Although dating from before Napoleon, since the twentieth century jackboots have been strongly associated with totalitarian motifs. The word is commonly used in Britain as a synonym for totalitarianism, particularly fascism, although jackboots and similar types of footwear have been worn by various British regiments since the 18th Century. Following the 1982 invasion of the Falkland Islands, British Prime Minister Margaret Thatcher declared that the democratic rights of the Falkland Islanders had been assaulted, and would not surrender the islands to the Argentine "jackboot".
The term is perhaps less used in America, although in 1995, National Rifle Association (NRA) president Wayne LaPierre sparked controversy when he referred to overzealous federal agents as "jackbooted government thugs"; the comment caused former U.S. President George H.W. Bush to resign his lifetime membership in the organization. The resignation of so public a figure as Mr. Bush prompted an open letter from the association to the former president to be published in major newspapers; the letter included a litany of alleged and settled cases of Bureau of Alcohol, Tobacco and Firearms abuses and an assertion that LaPierre and the NRA were merely borrowing a well-worn phrase uttered by other public figures in their calls for reform of the agency, among them Representative John Dingell of Michigan.
The boots are connected to fascism, particularly Nazism, as they were issued by the Wehrmacht and SS during early phases of World War II before Germany encountered leather shortages. When goosestepping on pavement, the large columns of German soldiers marching in formation created a distinct rock-crushing sound which came to symbolize German conquest and occupation. The same style of boot had been in use with German armies in World War I and before.
Jackboots can also be associated with the armies of the former USSR and East Germany. Jackboots are still a part of the modern parade and service attire of the army of Russia, and several other former Soviet states.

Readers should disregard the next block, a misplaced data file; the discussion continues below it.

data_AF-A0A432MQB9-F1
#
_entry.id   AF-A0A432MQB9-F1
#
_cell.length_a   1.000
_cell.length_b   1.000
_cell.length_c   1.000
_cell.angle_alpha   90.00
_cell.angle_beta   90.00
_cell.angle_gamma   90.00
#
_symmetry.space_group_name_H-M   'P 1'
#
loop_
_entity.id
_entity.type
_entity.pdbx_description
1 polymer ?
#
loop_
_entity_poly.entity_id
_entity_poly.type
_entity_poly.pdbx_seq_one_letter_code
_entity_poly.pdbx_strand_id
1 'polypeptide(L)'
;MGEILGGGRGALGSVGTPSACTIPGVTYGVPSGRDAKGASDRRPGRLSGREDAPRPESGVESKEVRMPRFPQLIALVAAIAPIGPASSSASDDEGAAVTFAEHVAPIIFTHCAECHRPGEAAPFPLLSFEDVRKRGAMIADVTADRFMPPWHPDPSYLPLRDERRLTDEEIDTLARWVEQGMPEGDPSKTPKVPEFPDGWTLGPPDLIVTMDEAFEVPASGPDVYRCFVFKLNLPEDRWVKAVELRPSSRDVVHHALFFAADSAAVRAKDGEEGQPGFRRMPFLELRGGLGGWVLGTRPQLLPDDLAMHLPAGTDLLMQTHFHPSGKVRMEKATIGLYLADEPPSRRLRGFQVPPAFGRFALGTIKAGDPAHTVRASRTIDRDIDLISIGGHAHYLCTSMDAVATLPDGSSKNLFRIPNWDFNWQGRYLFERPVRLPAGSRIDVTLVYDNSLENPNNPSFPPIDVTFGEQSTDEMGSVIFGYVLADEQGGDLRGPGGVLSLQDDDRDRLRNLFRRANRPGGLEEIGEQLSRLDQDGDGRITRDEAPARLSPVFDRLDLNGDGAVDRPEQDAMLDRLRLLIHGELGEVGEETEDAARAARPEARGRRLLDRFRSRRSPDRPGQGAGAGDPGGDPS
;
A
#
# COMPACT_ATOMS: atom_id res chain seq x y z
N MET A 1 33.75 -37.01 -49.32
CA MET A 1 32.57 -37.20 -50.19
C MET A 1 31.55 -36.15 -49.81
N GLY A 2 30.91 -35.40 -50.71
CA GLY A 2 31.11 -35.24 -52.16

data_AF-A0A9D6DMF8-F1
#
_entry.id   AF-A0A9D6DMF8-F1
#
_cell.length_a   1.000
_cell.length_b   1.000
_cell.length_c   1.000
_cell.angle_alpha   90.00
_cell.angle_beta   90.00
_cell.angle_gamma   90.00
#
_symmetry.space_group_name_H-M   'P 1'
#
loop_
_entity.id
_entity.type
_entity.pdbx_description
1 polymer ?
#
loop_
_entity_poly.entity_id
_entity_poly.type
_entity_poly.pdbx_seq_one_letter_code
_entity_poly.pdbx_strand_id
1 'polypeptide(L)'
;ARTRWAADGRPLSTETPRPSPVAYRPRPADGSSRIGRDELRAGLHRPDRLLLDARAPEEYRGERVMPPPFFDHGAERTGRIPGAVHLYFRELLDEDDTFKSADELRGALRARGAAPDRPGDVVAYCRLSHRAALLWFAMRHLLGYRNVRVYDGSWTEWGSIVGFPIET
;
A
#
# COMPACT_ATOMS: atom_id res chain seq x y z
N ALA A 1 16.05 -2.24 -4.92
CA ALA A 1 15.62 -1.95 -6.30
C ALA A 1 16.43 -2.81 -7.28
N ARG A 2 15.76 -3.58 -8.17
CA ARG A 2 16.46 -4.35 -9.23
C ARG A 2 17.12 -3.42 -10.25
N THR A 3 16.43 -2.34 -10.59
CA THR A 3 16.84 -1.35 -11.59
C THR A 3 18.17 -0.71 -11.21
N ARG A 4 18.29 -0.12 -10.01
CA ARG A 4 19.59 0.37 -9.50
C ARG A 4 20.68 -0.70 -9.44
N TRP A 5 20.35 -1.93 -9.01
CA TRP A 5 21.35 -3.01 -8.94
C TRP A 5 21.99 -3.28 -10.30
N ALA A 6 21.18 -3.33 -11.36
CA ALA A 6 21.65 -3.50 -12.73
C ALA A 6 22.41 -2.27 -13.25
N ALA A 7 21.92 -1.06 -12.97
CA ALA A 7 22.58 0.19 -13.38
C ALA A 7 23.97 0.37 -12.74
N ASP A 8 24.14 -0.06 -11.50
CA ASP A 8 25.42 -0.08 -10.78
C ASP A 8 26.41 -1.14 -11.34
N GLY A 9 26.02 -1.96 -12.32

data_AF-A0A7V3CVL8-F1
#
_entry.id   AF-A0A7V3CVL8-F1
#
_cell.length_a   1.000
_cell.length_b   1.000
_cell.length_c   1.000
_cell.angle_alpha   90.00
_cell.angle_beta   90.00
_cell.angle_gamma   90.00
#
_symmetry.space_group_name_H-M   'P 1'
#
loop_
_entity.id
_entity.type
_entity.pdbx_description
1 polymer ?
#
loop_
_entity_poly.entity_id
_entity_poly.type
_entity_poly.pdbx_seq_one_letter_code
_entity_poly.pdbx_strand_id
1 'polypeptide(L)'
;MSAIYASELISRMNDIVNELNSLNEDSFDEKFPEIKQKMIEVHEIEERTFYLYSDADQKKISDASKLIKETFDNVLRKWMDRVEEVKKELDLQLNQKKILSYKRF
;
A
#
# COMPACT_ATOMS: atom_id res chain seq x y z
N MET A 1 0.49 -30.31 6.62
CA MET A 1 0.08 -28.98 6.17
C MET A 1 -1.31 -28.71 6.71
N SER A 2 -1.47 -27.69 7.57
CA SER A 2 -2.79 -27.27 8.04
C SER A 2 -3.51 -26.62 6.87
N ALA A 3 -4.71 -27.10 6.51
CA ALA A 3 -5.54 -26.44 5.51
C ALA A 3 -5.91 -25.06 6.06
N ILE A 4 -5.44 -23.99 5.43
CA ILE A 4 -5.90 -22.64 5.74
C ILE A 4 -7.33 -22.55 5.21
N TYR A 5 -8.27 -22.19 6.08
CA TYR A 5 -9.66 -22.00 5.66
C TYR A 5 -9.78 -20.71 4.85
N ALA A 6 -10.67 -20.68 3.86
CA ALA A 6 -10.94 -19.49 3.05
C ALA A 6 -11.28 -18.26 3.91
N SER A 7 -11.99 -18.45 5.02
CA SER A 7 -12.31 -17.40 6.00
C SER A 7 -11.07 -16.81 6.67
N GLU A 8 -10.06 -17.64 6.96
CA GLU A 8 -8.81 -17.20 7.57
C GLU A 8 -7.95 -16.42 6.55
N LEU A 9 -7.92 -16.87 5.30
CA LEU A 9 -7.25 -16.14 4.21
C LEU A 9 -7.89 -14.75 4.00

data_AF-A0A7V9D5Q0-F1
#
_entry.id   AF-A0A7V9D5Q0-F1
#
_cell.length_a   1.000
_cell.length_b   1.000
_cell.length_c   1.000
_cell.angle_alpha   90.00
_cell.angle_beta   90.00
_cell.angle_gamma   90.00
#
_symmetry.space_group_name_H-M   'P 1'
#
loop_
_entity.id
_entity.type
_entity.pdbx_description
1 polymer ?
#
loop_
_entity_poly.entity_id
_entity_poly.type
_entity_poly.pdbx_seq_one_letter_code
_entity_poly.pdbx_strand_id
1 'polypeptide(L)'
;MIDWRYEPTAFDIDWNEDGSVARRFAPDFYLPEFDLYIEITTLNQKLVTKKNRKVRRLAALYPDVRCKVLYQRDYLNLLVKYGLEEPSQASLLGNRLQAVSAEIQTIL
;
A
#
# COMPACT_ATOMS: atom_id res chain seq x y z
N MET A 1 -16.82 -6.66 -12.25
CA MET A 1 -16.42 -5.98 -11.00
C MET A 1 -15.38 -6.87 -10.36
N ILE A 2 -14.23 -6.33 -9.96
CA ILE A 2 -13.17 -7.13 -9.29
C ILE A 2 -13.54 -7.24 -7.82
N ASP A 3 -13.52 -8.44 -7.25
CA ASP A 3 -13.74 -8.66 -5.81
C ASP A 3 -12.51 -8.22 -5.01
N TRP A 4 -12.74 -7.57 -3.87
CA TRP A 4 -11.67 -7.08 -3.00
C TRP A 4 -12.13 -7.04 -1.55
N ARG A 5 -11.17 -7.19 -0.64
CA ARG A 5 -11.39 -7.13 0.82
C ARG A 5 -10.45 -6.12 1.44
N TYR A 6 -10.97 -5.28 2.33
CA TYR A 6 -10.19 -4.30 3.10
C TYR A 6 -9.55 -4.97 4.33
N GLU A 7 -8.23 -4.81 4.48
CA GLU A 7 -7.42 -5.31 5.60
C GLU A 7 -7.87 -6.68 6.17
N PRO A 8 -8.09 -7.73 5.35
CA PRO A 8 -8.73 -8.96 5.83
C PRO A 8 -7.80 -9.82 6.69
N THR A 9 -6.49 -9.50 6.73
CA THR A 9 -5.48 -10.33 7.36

The "Jackboot of Oppression" is sometimes referred to as the policy of zealous computer network administrators who lock down their systems tightly.
The Motörhead protest song, "March or Die" features the lines "Sword and shield and jackboot heel" in reference to its use by fascist military.
The Minutemen song "If Reagan Played Disco," which mocked the far-right politics and faux-populism of Ronald Reagan, included the lyric "he'd shoot a ton of shit/ you can't disco with Jackboots."
Jackboots and Effingham style boots were at one time frequently used in science fiction movies as part of the generic futuristic footwear or space boots. This was mostly because they were readily available from costume suppliers and it is considerably cheaper to redress existing costumes which are usually rented by studios. This spaceboot look has mostly disappeared after Star Trek: The Next Generation introduced a new sensibility into futuristic fashion.
Jackboots: Footwear as Metaphor // Old-Fashioned Riding Boots Are Hard to Find - Especially On The Feet of Federal Agents
May 28, 1995; These days, if you want to stir up a little quick anti-government lather, the thing to do is invoke the image of a person in...